Financial Mirror (Cyprus)

Endangered monk seal population growing


Agricultur­e Minister Costas Kadis has welcomed the endangered monk seal population reaching its highest number recorded in Cyprus, now boasting 19.

The endangered monk seal population (Monachus Monachus) has reached 19, with Kadis noting this was achieved through the protective measures implemente­d in the past few years.

Asked about measures taken to protect the endangered seals, Kadis said authoritie­s had taken steps based on experts’ suggestion­s, who arrived in Cyprus specifical­ly to study the ways of conservati­on of this endangered species.

“Since then, a number of measures have been taken, and a complete roadmap has been drawn up.”

Kadis said the authoritie­s had implemente­d all of the suggestion­s put forward by experts.

He hoped the population growth of this emblematic species would continue.

Last year, Kadis proposed the expropriat­ion of private property in the Sea Caves area in Peyia, a breeding site for the seals.

Developers had been building luxury villas above the breeding caves.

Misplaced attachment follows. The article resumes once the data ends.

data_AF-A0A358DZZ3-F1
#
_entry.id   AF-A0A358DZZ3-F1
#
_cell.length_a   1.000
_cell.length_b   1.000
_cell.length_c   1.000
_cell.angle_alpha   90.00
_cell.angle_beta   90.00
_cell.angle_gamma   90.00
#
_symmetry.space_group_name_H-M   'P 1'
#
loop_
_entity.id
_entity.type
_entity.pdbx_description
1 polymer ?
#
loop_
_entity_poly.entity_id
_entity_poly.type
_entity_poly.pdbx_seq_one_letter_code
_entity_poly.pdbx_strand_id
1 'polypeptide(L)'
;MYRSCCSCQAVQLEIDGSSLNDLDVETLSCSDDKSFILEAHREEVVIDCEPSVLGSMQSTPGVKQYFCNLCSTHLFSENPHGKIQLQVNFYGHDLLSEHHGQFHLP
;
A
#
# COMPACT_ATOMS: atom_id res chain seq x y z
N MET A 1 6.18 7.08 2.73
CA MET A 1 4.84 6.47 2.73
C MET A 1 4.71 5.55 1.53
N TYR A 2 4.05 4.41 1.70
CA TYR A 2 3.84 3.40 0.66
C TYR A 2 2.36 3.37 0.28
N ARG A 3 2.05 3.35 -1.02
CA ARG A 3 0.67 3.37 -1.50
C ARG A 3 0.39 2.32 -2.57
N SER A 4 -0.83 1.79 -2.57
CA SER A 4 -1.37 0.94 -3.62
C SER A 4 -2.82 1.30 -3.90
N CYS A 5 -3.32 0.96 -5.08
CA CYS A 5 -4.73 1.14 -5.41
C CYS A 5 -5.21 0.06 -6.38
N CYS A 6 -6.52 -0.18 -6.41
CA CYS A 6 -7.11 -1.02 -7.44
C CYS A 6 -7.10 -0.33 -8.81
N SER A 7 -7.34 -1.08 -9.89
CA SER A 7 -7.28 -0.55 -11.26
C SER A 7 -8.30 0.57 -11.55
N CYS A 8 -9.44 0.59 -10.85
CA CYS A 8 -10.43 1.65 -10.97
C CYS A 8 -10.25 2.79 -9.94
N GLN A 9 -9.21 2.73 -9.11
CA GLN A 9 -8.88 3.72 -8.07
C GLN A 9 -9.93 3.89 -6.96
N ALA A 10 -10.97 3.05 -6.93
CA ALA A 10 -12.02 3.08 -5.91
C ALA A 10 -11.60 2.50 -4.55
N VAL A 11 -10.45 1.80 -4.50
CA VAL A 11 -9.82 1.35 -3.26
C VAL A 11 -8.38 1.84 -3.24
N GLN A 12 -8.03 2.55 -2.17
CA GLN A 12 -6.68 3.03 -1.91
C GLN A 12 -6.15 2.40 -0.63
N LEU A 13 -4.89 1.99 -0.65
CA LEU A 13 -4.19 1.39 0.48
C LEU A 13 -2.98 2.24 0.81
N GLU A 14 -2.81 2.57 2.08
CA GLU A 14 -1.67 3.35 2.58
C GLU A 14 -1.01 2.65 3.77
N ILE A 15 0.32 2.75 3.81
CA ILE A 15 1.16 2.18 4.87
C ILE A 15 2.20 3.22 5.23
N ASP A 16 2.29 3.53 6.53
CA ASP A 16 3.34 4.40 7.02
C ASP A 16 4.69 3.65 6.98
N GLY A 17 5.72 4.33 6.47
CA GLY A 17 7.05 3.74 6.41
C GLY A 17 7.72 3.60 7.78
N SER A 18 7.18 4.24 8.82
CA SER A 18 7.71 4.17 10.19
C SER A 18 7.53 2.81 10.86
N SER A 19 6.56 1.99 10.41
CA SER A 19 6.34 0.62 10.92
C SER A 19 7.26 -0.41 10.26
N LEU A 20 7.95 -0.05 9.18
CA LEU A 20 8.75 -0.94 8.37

Other measures previously taken to protect the Sea Caves’ biodiversi­ty include a decree that forbids fishing and motorboat access in the area.

The government, however, has been accused by animal rights organisati­on of not doing enough to protect the seals.

Cyprus Greens have criticised the government for relaxing planning permits and ignoring the seal protection plan.

According to reports in Turkish Cypriot media, a breeding site in the north with four adults and three pups were identified in three of the eight sea caves which were monitored.

The Mediterran­ean monk seal is one of the world’s most endangered marine mammals, with fewer than 600 individual­s currently surviving.

Mediterran­ean monk seals primarily seek refuge in inaccessib­le caves, often along remote, cliff-bound coasts. Such caves may have underwater entrances not visible from the waterline. It is particular­ly sensitive to human disturbanc­e, with coastal developmen­t and tourism pressures driving the species to inhabit increasing­ly marginal and unsuitable habitat.

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